Step 2 – Nationalise any that have any tax and/or legal issues (i.e. all of them).

    • felix 4.1

      No, you mean “how to destroy NZ as a destination for white collar criminals to fleece the population”.

    • Marty G 4.2

      Gosman is a criminal lover. People who steal from us should be rewarded in Gosman’s book.

    • BLiP 4.3

      How to destroy New Zealand

      1. Appoint a foreign exchange dealer as Prime Minister

      2. Do nothing as foreign banks (i.e., all of them) strip the tax base

      • travellerev 4.3.1

        Actually BLiP,

        He was not just a foreign exchange dealer.

        He oversaw the development of the Derivatives products now destroying our economy for Merrill Lynch.

        It was his department for bonds and derivatives that sold the crap to pension funds world wide and he was hand picked by the Federal Reserve of New York just after the Glass Steagall act was repealed (Keeping the commercial banks and the speculative predator banks separate paving the way for the subprime crisis)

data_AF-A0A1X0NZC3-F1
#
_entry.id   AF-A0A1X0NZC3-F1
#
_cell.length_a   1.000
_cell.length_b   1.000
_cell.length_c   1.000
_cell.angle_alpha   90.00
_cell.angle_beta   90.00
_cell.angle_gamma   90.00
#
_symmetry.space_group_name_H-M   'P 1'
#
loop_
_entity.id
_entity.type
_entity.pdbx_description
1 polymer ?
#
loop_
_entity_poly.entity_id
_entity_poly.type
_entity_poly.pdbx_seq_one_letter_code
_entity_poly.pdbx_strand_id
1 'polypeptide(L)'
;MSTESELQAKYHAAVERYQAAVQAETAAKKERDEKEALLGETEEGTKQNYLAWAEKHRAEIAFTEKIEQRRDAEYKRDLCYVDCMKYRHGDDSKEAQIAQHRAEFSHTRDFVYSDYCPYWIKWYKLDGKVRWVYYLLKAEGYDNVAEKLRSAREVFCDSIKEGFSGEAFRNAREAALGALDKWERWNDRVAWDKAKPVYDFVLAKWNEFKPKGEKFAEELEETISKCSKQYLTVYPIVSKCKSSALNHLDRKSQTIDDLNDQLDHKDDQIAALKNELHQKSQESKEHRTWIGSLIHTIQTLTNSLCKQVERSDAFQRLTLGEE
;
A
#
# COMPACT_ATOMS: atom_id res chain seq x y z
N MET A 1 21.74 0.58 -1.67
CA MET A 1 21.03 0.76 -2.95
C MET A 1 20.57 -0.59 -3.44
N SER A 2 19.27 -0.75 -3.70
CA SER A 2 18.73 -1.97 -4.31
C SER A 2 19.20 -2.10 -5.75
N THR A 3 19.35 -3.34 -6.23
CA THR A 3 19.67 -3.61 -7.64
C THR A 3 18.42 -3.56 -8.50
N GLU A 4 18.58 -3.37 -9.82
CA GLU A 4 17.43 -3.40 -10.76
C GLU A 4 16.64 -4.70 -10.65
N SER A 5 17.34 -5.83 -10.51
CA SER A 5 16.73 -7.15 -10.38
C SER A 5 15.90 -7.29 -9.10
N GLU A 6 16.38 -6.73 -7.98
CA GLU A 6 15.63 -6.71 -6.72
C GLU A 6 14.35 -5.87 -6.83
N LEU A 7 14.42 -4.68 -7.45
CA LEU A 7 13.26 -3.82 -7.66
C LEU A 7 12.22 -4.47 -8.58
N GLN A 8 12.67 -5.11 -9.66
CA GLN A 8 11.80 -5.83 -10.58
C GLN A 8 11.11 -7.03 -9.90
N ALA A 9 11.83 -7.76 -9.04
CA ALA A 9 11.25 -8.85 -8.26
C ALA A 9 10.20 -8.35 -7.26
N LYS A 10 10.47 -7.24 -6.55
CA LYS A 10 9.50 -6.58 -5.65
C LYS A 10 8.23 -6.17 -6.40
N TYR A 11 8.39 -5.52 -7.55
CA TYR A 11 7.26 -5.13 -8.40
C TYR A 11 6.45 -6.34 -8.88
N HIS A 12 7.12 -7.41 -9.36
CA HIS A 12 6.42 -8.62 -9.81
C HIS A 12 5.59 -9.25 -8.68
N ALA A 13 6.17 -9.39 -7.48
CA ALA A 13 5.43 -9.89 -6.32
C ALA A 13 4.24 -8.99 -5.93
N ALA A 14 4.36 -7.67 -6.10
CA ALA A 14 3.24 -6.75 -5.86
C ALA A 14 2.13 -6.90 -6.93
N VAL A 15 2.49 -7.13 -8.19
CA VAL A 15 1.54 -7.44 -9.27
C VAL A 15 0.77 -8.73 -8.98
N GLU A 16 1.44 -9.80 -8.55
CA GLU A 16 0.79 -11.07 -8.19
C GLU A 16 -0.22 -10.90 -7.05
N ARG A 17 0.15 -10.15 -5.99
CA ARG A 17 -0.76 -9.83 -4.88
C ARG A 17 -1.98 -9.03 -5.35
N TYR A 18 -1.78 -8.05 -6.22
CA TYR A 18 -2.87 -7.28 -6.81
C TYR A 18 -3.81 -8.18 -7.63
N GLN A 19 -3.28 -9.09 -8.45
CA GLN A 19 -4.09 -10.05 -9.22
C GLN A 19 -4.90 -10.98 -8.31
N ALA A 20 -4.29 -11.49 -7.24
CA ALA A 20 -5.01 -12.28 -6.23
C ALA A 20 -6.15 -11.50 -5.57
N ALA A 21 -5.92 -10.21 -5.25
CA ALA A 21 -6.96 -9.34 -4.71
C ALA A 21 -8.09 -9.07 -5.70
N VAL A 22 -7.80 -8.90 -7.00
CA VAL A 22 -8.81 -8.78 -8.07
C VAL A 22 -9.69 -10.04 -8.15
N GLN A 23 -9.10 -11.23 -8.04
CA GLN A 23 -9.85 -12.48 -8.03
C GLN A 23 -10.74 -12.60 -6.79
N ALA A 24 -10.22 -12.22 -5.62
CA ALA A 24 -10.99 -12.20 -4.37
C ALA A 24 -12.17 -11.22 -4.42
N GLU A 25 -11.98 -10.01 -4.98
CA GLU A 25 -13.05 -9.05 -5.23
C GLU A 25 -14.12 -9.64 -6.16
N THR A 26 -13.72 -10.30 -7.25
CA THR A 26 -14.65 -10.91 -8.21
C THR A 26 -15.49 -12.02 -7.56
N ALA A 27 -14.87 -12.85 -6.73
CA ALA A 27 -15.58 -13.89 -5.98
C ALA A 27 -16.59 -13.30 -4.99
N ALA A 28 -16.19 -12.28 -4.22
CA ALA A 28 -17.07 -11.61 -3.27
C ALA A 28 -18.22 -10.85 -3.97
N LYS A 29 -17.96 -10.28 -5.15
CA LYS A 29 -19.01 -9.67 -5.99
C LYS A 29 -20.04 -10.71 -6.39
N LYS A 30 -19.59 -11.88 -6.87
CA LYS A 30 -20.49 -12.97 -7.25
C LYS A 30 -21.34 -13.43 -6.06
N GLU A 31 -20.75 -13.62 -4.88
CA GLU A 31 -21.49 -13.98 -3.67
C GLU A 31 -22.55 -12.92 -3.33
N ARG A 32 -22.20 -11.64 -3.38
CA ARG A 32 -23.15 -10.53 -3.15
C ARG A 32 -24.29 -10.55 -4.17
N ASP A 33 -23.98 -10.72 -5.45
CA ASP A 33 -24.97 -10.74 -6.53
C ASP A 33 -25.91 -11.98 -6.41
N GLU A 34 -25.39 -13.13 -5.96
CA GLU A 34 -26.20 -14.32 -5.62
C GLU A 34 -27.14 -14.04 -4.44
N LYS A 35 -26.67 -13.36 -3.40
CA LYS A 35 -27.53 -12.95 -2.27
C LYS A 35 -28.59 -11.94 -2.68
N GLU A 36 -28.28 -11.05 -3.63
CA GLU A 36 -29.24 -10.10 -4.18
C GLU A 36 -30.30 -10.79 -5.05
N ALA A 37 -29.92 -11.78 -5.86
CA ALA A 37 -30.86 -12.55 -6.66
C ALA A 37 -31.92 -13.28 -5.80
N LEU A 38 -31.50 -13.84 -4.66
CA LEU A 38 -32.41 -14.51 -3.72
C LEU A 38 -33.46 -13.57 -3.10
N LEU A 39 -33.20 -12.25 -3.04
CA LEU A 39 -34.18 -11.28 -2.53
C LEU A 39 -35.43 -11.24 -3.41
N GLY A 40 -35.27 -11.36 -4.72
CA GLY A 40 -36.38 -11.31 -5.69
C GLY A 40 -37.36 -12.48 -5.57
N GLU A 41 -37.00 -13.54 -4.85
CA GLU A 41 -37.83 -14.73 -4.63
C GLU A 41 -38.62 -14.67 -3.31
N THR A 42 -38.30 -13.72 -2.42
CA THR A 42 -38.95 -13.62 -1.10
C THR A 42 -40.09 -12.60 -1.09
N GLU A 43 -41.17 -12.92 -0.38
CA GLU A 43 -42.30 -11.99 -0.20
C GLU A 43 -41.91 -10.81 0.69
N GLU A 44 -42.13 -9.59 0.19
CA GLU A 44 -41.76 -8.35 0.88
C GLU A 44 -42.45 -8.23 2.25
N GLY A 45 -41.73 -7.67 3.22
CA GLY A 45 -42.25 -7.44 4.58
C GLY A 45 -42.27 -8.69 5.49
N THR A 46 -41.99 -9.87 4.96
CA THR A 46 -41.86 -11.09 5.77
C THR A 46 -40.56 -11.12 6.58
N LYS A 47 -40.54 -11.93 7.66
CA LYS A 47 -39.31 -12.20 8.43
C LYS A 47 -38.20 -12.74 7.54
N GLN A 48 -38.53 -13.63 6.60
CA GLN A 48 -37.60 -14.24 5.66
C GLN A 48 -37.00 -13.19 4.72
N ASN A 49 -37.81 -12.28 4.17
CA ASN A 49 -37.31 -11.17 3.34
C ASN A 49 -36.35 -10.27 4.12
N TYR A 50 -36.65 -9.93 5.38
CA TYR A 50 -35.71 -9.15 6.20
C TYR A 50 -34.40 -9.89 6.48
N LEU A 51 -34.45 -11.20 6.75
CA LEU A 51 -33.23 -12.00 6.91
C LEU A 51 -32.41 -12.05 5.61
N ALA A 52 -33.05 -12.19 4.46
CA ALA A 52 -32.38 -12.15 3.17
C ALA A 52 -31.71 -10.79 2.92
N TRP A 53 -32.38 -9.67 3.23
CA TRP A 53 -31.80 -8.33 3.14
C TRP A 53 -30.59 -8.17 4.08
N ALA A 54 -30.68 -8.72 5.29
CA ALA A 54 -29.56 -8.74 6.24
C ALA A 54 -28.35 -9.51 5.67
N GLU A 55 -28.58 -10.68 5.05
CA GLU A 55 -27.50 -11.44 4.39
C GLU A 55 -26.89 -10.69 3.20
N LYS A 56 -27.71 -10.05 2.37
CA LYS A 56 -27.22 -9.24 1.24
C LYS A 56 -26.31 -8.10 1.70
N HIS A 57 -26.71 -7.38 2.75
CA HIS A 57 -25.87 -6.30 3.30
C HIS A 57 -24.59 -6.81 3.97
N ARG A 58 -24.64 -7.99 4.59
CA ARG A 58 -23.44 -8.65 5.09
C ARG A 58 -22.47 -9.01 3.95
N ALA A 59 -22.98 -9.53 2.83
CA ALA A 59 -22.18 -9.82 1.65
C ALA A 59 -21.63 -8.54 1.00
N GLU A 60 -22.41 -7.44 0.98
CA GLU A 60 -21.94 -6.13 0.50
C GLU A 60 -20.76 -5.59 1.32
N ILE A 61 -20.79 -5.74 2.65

“Sir” (according to Holmes) Johnny boy together with his peer mate Lord Aschroft and the other banking scum are having a field day ripping the world off for one last time.

    • Zepher 4.4

      Sorry Gosman. Demonising a foreign owned financial institution and making one accountable are two different things.

  5. vidiot 5

    So Marty – you want them to have bigger fines ?

    I guess you aren’t a customer of WBC – because that’s who will be footing the bill (via increased bank fees).

    At the end of the day, it will be the NZ customer base of WBC that will foot the bill.

  6. IRD can charge penalty tax on top of the money due thanks to this judgment and it had better.

    That punishes the wrong people: the shareholders. Instead, we need to directly punish the accountants and managers who made, executed and confirmed the decision to engage in criminal behaviour.

    If I stole a TV, I’d go to jail. Surely we can do the same for the creeps in suits who took us for half a billion dollars?

    • Marty G 6.1